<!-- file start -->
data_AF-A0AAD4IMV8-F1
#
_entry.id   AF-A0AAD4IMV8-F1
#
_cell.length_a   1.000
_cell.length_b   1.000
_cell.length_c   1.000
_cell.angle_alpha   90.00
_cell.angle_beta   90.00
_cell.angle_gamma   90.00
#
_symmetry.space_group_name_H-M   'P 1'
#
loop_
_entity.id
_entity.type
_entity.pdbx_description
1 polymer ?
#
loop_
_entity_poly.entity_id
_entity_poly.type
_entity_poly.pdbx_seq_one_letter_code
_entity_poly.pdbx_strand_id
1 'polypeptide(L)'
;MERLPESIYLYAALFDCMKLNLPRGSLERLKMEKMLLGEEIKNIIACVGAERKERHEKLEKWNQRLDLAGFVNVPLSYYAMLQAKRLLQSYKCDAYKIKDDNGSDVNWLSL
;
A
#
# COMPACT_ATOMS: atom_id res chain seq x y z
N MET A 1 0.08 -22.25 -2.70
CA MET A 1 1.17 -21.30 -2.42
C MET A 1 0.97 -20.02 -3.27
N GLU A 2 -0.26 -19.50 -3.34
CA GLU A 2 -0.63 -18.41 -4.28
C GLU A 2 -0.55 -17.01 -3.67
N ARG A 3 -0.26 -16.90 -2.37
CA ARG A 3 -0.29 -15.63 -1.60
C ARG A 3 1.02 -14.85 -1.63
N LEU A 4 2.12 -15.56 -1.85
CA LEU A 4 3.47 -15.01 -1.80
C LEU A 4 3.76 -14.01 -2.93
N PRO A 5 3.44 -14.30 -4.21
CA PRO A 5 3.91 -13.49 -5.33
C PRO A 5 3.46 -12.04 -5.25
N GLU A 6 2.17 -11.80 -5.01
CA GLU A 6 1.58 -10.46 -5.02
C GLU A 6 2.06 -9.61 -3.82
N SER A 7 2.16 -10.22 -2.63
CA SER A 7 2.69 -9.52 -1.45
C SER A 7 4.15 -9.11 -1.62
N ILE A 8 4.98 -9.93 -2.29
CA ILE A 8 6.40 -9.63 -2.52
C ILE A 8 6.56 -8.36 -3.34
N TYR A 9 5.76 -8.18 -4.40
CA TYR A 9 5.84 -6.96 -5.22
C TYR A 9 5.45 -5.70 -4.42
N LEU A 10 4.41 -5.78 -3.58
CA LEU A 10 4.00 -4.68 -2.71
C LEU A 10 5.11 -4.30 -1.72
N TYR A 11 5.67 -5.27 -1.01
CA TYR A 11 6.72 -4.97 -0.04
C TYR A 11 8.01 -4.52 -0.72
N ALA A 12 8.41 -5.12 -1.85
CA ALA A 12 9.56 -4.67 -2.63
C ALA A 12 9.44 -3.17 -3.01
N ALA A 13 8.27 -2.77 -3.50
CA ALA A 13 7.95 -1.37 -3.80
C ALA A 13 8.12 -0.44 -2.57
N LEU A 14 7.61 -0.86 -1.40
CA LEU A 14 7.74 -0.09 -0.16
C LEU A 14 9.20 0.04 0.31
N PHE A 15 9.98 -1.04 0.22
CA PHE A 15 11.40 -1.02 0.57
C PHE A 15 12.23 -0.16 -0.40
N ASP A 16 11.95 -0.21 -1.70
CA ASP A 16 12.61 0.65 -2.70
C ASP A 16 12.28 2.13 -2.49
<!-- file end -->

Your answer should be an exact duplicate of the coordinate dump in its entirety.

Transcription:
data_AF-A0AAD4IMV8-F1
#
_entry.id   AF-A0AAD4IMV8-F1
#
_cell.length_a   1.000
_cell.length_b   1.000
_cell.length_c   1.000
_cell.angle_alpha   90.00
_cell.angle_beta   90.00
_cell.angle_gamma   90.00
#
_symmetry.space_group_name_H-M   'P 1'
#
loop_
_entity.id
_entity.type
_entity.pdbx_description
1 polymer ?
#
loop_
_entity_poly.entity_id
_entity_poly.type
_entity_poly.pdbx_seq_one_letter_code
_entity_poly.pdbx_strand_id
1 'polypeptide(L)'
;MERLPESIYLYAALFDCMKLNLPRGSLERLKMEKMLLGEEIKNIIACVGAERKERHEKLEKWNQRLDLAGFVNVPLSYYAMLQAKRLLQSYKCDAYKIKDDNGSDVNWLSL
;
A
#
# COMPACT_ATOMS: atom_id res chain seq x y z
N MET A 1 0.08 -22.25 -2.70
CA MET A 1 1.17 -21.30 -2.42
C MET A 1 0.97 -20.02 -3.27
N GLU A 2 -0.26 -19.50 -3.34
CA GLU A 2 -0.63 -18.41 -4.28
C GLU A 2 -0.55 -17.01 -3.67
N ARG A 3 -0.26 -16.90 -2.37
CA ARG A 3 -0.29 -15.63 -1.60
C ARG A 3 1.02 -14.85 -1.63
N LEU A 4 2.12 -15.56 -1.85
CA LEU A 4 3.47 -15.01 -1.80
C LEU A 4 3.76 -14.01 -2.93
N PRO A 5 3.44 -14.30 -4.21
CA PRO A 5 3.91 -13.49 -5.33
C PRO A 5 3.46 -12.04 -5.25
N GLU A 6 2.17 -11.80 -5.01
CA GLU A 6 1.58 -10.46 -5.02
C GLU A 6 2.06 -9.61 -3.82
N SER A 7 2.16 -10.22 -2.63
CA SER A 7 2.69 -9.52 -1.45
C SER A 7 4.15 -9.11 -1.62
N ILE A 8 4.98 -9.93 -2.29
CA ILE A 8 6.40 -9.63 -2.52
C ILE A 8 6.56 -8.36 -3.34
N TYR A 9 5.76 -8.18 -4.40
CA TYR A 9 5.84 -6.96 -5.22
C TYR A 9 5.45 -5.70 -4.42
N LEU A 10 4.41 -5.78 -3.58
CA LEU A 10 4.00 -4.68 -2.71
C LEU A 10 5.11 -4.30 -1.72
N TYR A 11 5.67 -5.27 -1.01
CA TYR A 11 6.72 -4.97 -0.04
C TYR A 11 8.01 -4.52 -0.72
N ALA A 12 8.41 -5.12 -1.85
CA ALA A 12 9.56 -4.67 -2.63
C ALA A 12 9.44 -3.17 -3.01
N ALA A 13 8.27 -2.77 -3.50
CA ALA A 13 7.95 -1.37 -3.80
C ALA A 13 8.12 -0.44 -2.57
N LEU A 14 7.61 -0.86 -1.40
CA LEU A 14 7.74 -0.09 -0.16
C LEU A 14 9.20 0.04 0.31
N PHE A 15 9.98 -1.04 0.22
CA PHE A 15 11.40 -1.02 0.57
C PHE A 15 12.23 -0.16 -0.40
N ASP A 16 11.95 -0.21 -1.70
CA ASP A 16 12.61 0.65 -2.70
C ASP A 16 12.28 2.13 -2.49